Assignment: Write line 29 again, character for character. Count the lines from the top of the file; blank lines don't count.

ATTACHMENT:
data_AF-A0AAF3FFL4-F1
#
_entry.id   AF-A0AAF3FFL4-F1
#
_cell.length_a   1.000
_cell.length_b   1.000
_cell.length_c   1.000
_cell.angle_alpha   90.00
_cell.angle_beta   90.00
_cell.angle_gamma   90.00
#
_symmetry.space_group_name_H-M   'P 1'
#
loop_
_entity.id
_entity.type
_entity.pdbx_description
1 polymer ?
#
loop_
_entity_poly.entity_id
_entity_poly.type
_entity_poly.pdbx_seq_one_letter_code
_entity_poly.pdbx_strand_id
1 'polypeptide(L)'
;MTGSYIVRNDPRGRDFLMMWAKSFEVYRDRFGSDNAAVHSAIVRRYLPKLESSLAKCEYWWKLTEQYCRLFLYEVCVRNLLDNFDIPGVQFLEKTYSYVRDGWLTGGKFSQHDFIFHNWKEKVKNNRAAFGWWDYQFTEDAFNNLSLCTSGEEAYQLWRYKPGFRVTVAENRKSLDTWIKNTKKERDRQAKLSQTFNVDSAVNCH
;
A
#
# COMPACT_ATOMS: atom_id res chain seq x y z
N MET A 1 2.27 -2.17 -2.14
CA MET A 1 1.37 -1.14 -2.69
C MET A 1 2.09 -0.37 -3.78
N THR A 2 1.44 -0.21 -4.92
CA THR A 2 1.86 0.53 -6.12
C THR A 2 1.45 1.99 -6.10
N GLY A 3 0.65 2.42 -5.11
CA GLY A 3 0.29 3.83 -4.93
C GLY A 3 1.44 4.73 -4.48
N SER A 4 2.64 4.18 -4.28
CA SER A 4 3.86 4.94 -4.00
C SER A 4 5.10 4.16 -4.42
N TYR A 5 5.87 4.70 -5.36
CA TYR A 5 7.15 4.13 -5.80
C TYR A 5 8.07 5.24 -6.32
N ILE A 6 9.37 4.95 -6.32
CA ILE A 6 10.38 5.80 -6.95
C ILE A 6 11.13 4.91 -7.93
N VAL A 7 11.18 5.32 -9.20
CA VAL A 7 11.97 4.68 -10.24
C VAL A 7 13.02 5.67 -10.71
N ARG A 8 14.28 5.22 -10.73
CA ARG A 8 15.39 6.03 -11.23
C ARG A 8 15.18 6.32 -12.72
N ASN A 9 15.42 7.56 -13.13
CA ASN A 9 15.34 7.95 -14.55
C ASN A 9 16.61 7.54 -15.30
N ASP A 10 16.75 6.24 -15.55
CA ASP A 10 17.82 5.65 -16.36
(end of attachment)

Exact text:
#